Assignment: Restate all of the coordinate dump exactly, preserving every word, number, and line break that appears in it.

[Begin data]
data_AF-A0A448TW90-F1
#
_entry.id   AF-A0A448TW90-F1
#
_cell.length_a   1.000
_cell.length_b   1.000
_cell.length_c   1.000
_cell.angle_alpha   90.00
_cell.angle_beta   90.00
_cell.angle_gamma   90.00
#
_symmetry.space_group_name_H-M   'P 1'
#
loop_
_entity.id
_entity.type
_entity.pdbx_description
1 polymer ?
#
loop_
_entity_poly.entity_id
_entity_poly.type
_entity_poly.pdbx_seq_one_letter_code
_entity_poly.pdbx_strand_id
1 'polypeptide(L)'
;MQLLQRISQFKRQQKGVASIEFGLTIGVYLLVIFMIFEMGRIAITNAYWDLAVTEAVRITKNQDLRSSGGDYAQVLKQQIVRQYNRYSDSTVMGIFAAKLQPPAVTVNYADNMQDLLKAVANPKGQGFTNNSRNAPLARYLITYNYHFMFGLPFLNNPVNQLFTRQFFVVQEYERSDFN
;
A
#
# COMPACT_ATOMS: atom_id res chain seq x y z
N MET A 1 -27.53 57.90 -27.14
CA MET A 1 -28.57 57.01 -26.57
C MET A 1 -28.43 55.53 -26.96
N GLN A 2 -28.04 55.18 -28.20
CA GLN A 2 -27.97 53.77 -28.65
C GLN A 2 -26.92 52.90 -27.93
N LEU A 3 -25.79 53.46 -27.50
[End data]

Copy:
data_AF-A0A448TW90-F1
#
_entry.id   AF-A0A448TW90-F1
#
_cell.length_a   1.000
_cell.length_b   1.000
_cell.length_c   1.000
_cell.angle_alpha   90.00
_cell.angle_beta   90.00
_cell.angle_gamma   90.00
#
_symmetry.space_group_name_H-M   'P 1'
#
loop_
_entity.id
_entity.type
_entity.pdbx_description
1 polymer ?
#
loop_
_entity_poly.entity_id
_entity_poly.type
_entity_poly.pdbx_seq_one_letter_code
_entity_poly.pdbx_strand_id
1 'polypeptide(L)'
;MQLLQRISQFKRQQKGVASIEFGLTIGVYLLVIFMIFEMGRIAITNAYWDLAVTEAVRITKNQDLRSSGGDYAQVLKQQIVRQYNRYSDSTVMGIFAAKLQPPAVTVNYADNMQDLLKAVANPKGQGFTNNSRNAPLARYLITYNYHFMFGLPFLNNPVNQLFTRQFFVVQEYERSDFN
;
A
#
# COMPACT_ATOMS: atom_id res chain seq x y z
N MET A 1 -27.53 57.90 -27.14
CA MET A 1 -28.57 57.01 -26.57
C MET A 1 -28.43 55.53 -26.96
N GLN A 2 -28.04 55.18 -28.20
CA GLN A 2 -27.97 53.77 -28.65
C GLN A 2 -26.92 52.90 -27.93
N LEU A 3 -25.79 53.46 -27.50